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High Court's Action Kills Challenge to Rent Control

February 26, 1987|JAY GOLDMAN | Times Staff Writer

The U. S. Supreme Court has refused to hear a legal challenge to Santa Monica's rent control regulations, and in so doing has dealt a death blow to the primary legal attack on rent control in the city.

City Atty. Robert M. Myers said he was informed Monday that the court had rejected the 8-year-old Baker case, named after Santa Monica landlord leader James W. Baker.

"If this does not send a signal to landlords that rent control is here to stay, nothing will," Myers said.

Baker and three other landlords were plaintiffs in the lawsuit, which has been financed by the Apartment Assn. of Greater Los Angeles. In December, the four petitioned the Supreme Court to hear arguments contending that Santa Monica's regulations denied owners the right to a fair return on their rental investments. That right is guaranteed under the federal and California constitutions, the landlords' attorney, Stephen Jones, has argued.

However, the high court rejected the suit because it did not contain "a properly presented federal question" for it to decide, Myers said.

The original lawsuit was filed in April, 1979, less than 24 hours after voters approved Santa Monica's rent control law, which is one of the strictest in the country.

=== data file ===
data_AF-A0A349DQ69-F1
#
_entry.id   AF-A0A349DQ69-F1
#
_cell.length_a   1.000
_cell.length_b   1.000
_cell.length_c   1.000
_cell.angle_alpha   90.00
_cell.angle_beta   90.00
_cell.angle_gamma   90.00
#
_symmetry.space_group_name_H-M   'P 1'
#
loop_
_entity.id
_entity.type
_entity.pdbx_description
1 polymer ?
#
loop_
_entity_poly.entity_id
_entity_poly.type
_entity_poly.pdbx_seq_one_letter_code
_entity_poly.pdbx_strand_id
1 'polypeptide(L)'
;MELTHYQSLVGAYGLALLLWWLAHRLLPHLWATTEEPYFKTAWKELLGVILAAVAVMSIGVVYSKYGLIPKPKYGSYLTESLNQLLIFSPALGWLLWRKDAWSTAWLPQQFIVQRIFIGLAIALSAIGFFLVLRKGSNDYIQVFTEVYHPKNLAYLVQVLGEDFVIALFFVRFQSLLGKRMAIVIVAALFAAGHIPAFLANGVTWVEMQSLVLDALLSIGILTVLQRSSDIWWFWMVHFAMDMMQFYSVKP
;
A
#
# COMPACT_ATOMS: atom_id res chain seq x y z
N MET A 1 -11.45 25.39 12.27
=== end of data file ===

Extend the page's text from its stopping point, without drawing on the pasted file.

Several Superior Court rulings held that different portions of the law were unconstitutional, but in May, 1986, a state Court of Appeal overturned the lower court rulings.

In September, the state Supreme Court rejected the landlords' request to hear the case.

Both sides agree that the suit was the primary legal challenge to rent control.

Baker said the high court's decision means landlords have lost another battle. However, he said, the war against rent control will continue, with the focus on getting another case to the newly constituted state Supreme Court. Three of the four California justices who voted to reject the Baker case were turned out of office by voters in November.

"I think it is now up to us to redouble our efforts to get the issue of fair return before the (new) California Supreme Court," he said.

"I just don't think Americans are designed to bow to tyranny of any kind," Baker said. "And that is what we are dealing with in Santa Monica and now in West Hollywood, absolute tyranny. The movement is going to go on with ever greater vigor."

In addition to legal challenges, Baker said his group will continue to lobby in Sacramento for state legislation that would weaken or eliminate rent control. But he said it was unlikely that his group would try to change Santa Monica's rental regulations by working within city government.

"The local political level is almost impossible," he said.

About three-quarters of Santa Monica residents live in rental housing.

Myers has fought the Baker case since it was filed, first as an attorney for Santa Monicans for Renters' Rights and since 1981 as city attorney.

"It has been a long battle," he said. "What was frustrating was that we were often unsuccessful in the lower court. But we have been very successful in overturning adverse decisions.

"An appropriate eulogy for the Baker case is that landlords should now accept that which they cannot change through litigation," Myers said.

Baker said the association, which spent almost $800,000 on the Baker suit, will hold "a major strategy meeting" this week to decide how it will continue its fight against rent control.

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